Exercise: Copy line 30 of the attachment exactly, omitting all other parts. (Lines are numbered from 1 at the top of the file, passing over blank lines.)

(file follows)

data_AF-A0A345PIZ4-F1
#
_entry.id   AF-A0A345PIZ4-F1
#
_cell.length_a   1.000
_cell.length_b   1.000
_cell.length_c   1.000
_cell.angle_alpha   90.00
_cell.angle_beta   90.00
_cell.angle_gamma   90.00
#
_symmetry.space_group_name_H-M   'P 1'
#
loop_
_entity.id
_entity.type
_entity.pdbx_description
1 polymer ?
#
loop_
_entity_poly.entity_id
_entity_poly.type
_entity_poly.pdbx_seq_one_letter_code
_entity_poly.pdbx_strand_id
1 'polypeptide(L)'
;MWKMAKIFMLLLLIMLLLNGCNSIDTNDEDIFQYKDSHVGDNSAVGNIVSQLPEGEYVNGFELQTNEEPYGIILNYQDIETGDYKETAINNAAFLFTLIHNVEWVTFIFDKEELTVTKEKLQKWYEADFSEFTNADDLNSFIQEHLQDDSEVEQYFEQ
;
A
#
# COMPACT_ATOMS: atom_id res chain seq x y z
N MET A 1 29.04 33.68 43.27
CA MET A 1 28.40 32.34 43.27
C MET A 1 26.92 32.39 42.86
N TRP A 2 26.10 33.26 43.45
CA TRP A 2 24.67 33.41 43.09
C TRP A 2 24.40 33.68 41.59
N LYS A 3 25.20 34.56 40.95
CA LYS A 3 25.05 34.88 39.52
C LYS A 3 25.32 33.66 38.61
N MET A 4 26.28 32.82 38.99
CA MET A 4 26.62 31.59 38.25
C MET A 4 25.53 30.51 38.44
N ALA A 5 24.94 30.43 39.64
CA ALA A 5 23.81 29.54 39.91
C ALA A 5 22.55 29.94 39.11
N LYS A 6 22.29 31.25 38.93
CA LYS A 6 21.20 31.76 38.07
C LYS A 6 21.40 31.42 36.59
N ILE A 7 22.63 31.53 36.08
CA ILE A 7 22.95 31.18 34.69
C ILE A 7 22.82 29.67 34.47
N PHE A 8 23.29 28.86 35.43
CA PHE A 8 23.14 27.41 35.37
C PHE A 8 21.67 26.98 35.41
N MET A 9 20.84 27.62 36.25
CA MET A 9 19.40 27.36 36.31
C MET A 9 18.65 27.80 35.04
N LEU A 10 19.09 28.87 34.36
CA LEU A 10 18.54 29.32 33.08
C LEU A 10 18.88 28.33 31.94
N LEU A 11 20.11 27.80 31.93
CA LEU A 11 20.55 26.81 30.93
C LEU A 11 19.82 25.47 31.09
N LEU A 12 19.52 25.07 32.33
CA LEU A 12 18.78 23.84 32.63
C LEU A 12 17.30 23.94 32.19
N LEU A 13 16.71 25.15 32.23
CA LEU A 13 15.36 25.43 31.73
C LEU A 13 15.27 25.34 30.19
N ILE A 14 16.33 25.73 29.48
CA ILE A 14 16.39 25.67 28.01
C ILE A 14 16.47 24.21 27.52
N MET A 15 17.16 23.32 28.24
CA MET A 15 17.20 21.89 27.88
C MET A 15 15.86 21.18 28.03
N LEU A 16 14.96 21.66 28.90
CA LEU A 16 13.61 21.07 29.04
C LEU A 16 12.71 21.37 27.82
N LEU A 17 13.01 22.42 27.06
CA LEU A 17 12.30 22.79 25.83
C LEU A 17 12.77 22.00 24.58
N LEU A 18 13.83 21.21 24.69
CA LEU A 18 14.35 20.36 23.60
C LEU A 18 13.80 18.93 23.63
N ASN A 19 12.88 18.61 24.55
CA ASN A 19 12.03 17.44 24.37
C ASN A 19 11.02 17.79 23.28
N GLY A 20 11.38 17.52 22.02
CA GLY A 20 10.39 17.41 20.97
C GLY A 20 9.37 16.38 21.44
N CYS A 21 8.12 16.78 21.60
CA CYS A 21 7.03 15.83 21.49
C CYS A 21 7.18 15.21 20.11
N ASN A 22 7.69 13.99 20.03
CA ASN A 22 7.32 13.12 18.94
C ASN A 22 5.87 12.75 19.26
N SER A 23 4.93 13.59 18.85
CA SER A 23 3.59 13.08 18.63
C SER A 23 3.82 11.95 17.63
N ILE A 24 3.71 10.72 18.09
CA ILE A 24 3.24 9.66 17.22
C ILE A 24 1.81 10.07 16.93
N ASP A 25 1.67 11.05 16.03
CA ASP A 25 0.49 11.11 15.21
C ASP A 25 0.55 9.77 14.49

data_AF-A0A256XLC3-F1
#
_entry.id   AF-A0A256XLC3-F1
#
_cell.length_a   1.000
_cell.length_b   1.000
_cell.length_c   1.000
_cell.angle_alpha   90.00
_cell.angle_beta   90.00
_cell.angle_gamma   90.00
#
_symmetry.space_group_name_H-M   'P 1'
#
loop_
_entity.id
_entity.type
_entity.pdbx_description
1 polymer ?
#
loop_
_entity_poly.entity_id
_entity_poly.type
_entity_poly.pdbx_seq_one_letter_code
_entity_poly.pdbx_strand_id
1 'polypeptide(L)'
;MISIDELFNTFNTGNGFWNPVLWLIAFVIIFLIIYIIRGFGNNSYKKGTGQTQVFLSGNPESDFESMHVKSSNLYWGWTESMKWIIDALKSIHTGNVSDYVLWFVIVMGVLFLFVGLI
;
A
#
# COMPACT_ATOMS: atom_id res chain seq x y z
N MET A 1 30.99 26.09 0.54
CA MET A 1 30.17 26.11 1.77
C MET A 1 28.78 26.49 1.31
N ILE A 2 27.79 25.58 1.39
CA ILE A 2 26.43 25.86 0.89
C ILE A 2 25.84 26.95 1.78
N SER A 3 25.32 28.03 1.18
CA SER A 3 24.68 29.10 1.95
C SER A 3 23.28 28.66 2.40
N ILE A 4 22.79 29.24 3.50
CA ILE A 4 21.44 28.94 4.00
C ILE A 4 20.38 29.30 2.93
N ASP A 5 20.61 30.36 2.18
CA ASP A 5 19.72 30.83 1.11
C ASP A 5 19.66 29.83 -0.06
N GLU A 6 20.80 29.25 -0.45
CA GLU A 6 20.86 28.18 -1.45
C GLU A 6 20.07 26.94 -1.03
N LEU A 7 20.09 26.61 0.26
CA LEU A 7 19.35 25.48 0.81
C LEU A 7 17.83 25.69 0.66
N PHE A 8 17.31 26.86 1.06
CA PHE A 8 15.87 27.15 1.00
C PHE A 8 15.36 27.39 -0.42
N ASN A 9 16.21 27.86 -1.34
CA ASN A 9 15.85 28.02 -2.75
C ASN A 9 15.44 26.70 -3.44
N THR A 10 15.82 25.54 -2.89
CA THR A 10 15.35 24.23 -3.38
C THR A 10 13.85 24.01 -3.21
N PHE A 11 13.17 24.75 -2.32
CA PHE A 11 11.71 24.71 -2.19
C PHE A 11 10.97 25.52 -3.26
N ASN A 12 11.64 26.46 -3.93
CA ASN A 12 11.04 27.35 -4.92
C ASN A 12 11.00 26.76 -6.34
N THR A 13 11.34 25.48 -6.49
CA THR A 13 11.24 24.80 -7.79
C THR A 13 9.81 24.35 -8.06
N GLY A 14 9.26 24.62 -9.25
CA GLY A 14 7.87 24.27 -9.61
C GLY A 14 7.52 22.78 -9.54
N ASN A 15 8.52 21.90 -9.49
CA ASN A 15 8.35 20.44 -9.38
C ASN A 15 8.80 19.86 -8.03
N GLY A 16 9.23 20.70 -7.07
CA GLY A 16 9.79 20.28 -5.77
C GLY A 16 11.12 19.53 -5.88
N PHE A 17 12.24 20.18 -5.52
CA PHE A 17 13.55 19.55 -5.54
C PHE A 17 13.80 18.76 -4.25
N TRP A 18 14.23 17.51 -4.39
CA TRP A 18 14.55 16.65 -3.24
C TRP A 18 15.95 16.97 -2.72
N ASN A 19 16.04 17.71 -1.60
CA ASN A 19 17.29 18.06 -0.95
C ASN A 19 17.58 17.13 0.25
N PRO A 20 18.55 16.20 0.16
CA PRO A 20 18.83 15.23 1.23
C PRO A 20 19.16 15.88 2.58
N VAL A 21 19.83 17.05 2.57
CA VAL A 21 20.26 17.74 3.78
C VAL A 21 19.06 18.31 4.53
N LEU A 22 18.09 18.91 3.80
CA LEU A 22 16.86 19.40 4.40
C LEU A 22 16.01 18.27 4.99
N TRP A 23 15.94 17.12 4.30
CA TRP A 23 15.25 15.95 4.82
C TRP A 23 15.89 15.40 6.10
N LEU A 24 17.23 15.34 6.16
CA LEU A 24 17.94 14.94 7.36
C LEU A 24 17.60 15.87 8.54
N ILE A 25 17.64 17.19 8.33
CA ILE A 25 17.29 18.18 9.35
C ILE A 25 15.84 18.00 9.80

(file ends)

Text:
# COMPACT_ATOMS: atom_id res chain seq x y z